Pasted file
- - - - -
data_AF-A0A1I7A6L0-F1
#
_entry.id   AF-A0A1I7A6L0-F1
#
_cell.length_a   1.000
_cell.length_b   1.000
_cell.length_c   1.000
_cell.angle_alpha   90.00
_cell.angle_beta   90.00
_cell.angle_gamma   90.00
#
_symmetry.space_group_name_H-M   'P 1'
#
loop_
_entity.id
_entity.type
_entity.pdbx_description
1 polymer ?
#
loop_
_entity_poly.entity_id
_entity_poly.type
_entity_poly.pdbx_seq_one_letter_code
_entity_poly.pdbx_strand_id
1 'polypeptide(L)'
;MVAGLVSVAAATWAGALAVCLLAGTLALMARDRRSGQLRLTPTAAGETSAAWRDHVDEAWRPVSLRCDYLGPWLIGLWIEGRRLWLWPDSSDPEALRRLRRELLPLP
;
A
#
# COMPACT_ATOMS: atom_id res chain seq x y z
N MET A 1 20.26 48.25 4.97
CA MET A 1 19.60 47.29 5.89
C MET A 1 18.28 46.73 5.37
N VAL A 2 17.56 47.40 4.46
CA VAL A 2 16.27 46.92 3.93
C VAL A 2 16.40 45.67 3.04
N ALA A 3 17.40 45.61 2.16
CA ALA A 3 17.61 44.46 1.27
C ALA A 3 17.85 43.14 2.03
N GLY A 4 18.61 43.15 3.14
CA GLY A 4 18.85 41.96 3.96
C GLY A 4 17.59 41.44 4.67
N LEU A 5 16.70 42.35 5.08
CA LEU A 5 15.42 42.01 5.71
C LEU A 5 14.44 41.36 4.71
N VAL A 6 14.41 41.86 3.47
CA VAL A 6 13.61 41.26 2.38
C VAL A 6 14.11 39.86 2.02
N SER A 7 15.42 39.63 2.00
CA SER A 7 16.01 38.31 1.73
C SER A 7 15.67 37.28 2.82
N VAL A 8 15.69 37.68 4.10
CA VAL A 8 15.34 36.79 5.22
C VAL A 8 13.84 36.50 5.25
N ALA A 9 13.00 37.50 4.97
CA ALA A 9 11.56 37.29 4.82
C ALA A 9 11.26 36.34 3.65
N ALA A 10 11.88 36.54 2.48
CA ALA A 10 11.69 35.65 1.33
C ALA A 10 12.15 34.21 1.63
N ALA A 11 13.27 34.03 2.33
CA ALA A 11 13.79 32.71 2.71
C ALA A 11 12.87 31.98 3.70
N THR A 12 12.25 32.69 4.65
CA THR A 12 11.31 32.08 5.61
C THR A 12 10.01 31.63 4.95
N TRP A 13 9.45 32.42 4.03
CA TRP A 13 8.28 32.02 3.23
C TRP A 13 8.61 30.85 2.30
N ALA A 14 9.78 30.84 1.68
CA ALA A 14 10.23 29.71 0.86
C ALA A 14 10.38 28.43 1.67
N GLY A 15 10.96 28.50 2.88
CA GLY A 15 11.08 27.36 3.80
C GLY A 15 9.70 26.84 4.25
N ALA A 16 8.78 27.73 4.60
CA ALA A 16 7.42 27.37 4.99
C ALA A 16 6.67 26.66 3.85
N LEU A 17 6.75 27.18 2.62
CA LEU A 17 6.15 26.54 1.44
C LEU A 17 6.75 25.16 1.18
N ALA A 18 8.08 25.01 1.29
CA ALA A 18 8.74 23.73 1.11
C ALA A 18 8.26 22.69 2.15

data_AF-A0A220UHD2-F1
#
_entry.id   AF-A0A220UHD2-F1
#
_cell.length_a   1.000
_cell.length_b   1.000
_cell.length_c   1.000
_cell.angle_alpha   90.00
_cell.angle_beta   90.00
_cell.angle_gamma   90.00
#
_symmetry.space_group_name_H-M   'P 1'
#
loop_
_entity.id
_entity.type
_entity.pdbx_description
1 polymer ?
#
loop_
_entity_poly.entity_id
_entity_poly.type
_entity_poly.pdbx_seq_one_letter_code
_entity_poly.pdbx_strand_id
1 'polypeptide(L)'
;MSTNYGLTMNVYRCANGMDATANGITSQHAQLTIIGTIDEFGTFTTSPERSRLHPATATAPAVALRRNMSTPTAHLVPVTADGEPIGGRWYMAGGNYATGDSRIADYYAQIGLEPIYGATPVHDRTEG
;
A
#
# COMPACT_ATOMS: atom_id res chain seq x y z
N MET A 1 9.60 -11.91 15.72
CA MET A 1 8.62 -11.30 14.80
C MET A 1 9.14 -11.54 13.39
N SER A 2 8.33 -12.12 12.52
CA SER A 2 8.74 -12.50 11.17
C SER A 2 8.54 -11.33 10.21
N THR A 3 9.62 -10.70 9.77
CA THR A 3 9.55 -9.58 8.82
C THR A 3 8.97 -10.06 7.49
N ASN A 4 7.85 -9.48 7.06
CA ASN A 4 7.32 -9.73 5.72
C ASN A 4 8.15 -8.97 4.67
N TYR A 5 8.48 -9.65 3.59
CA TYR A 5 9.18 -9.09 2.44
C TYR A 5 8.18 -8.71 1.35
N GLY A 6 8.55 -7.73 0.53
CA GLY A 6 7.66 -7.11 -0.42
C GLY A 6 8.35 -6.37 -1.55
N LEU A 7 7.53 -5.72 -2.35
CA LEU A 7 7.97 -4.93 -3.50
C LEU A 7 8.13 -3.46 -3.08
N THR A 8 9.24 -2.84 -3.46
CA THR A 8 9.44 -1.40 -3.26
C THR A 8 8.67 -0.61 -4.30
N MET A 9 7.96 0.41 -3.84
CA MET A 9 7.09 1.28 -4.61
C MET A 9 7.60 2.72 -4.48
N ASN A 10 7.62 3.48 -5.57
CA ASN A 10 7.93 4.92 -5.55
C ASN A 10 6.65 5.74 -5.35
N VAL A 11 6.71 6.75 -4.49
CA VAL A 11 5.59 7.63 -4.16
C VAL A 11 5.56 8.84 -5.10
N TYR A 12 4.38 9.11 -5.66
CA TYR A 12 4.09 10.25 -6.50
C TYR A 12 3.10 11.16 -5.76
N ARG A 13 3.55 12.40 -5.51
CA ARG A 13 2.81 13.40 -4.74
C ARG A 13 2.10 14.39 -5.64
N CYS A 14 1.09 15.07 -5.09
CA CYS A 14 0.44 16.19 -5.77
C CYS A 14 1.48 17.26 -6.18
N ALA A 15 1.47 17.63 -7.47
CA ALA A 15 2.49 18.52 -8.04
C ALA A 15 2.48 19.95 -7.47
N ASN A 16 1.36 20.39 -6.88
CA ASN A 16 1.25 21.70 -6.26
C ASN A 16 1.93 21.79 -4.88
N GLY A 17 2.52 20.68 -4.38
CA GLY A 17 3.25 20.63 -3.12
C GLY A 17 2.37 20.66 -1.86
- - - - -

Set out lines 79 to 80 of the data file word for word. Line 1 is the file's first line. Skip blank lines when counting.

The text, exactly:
N LEU A 17 6.75 27.18 2.62
CA LEU A 17 6.15 26.54 1.44